Education

Bill bans diversity training in schools, universities implying 'Iowa is fundamentally racist or sexist'

Proposal would make White House ban on race or sex 'scapegoating' law for Iowa universities, schools

The Iowa State Capitol building in Des Moines, photographed on Tuesday, June 10, 2014. (Liz Martin/The Gazette-KCRG)
The Iowa State Capitol building in Des Moines, photographed on Tuesday, June 10, 2014. (Liz Martin/The Gazette-KCRG)

An Iowa legislator is proposing to bake into state law an executive order from the Trump administration that banned publicly funded institutions from diversity training that involves race or sex “stereotyping” or “scapegoating” — which incited criticism from University of Iowa leaders that in turn incensed GOP lawmakers.

Though the federal order has been rescinded by the Biden administration, state Sen. Amy Sinclair, R-Allerton, this week introduced Senate Study Bill 1205, which was advanced by an education subcommittee.

It would bar all K-12 public schools and public universities from offering diversity training that, among other things, says a person, based on his or her sex or race, “is inherently racist, sexist, or oppressive.”

The bill also bans any training implying that “the State of Iowa is fundamentally racist or sexist.” And it prohibits training suggesting that a person “bears responsibility for actions committed in the past by other members of the same race or sex”; or that he or she should feel psychological distress due to his or her race or sex.

The proposed legislation — which also would set provisions for discrimination complaints against the public universities and penalties for faculty or K-12 instructors who restrict free speech — comes amid a swirl of bills this session aimed at cracking down on Iowa’s public universities, which Republican lawmakers have slammed for First Amendment violations.

In the fall, an Iowa State University professor came under fire for crafting a syllabus that warned students not to take positions in class opposing things like abortion, Black Lives Matter or same-sex marriage. The University of Northern Iowa’s student government rejected a student organization applicant that opposed abortion rights, calling it a “hate group.” And the UI and its dental college issued statements condemning the White House order banning many common diversity training programs.

In a mass email exchange, a UI dental student questioned his dean for condemning the executive order.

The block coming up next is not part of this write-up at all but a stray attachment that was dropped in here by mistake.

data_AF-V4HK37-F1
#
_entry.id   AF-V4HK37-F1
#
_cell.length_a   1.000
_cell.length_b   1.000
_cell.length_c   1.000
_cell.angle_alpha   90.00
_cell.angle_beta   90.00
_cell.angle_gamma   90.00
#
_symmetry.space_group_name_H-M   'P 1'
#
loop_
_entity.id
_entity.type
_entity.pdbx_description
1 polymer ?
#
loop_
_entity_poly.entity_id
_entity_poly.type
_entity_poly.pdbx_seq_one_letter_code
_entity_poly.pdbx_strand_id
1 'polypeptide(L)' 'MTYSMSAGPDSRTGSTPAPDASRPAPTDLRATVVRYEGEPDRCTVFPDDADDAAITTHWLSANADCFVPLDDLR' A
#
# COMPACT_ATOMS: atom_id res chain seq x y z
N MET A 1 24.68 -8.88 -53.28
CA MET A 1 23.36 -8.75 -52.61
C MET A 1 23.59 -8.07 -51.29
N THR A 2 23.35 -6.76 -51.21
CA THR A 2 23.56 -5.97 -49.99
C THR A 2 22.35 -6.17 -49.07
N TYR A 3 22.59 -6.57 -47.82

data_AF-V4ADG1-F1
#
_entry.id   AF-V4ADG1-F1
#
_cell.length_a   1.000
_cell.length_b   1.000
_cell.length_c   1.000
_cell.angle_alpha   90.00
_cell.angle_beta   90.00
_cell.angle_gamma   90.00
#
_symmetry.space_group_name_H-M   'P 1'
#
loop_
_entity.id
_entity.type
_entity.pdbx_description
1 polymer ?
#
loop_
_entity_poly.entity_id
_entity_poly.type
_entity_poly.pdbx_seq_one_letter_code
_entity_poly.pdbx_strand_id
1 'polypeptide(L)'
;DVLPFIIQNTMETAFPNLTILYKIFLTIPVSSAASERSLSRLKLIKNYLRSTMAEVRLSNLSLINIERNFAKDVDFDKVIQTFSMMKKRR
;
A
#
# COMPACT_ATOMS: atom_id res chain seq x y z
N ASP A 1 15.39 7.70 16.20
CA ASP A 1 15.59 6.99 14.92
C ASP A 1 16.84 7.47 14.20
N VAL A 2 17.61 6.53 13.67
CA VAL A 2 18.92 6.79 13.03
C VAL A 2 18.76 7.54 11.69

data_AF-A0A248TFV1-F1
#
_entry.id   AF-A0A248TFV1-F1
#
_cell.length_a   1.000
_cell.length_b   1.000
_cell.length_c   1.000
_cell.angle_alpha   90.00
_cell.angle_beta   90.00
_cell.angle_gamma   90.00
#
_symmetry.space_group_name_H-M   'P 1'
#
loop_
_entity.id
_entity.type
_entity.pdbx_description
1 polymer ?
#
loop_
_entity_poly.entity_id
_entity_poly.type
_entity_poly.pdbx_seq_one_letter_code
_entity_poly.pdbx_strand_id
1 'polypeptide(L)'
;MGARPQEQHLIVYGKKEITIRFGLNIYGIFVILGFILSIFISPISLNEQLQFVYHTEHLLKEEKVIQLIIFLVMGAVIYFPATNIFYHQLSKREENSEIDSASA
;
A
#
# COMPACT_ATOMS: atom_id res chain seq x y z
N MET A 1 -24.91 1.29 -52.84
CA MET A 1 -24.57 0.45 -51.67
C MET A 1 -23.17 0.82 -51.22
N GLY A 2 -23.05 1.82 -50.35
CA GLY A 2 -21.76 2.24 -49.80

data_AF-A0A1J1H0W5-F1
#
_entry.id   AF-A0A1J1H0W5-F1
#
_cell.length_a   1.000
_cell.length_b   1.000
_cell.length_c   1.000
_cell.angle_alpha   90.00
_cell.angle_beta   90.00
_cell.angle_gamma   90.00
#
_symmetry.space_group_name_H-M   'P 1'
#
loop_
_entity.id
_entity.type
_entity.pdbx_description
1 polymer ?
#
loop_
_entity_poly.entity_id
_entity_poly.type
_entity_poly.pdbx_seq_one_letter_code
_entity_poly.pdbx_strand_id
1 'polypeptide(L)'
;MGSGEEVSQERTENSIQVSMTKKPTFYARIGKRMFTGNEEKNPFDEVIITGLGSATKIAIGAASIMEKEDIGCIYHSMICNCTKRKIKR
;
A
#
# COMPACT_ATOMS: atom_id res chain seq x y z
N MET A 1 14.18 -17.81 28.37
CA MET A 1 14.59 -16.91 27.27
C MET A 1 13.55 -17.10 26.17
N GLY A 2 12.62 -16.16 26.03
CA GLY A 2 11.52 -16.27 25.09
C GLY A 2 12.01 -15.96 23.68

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A Legislative Oversight Committee this session slammed all three campuses for those incidents, and lawmakers have proposed bills that would — among other things — eliminate tenure, require the campuses to poll employees’ political affiliation and make all instructors post online their class syllabi.

Student government crackdown

Sinclair’s bill also addresses concerns with student government actions on the campuses.

It would order universities to make “a student government organization’s access to and authority over any moneys distributed to the student government organization by the institution contingent upon the student government organization’s compliance with the First Amendment.”

If a university determines its student government knowingly and intentionally violated a person or group’s First Amendment rights, administrators would have to “suspend the student government organization’s authority to manage and disburse student fees for two years.”

The campus would take over that job during the suspension, according to the bill.

Committee suggestions

Board of Regents President Mike Richards in November established a group charged with evaluating the board’s free speech policy and recommending changes.

After meeting for the last several months, the committee has generated 10 recommendations the regents are scheduled to discuss next week.

Those changes would:

• Mandate campuses use a course syllabus statement like ISU imposed in the fall, committing to uphold the First Amendment and vowing that students won’t be punished “for the content or viewpoints of their speech” so long as it’s germane and expressed appropriately;

• Require faculty and instructors review the free speech syllabus statement at the beginning of each course;

• Reaffirm university resources won’t be used for partisan activities;

• Permit universities — including their presidents, vice presidents, deans and directors — to “only take an institutional position on policy matters, in conjunction with the board;”

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• Bar the universities from allowing discrimination or denial of educational benefits due to a student organization or student’s viewpoint;

• Make the universities post the regent and campus policies and procedures, “including how to appeal to the board regarding violations of free expression”;

• Charge the campuses with adding policies and procedures that include “penalties for violations of free expression to its current process for violations of university or board policies;”

• And mandate annual free speech training for students, faculty and staff.

The committee also recommended establishing a group to review campus free speech complaints, annually evaluate free speech policies, consider training improvements and every two years conduct a campus free speech survey.

Comments: (319) 339-3158; vanessa.miller@thegazette.com

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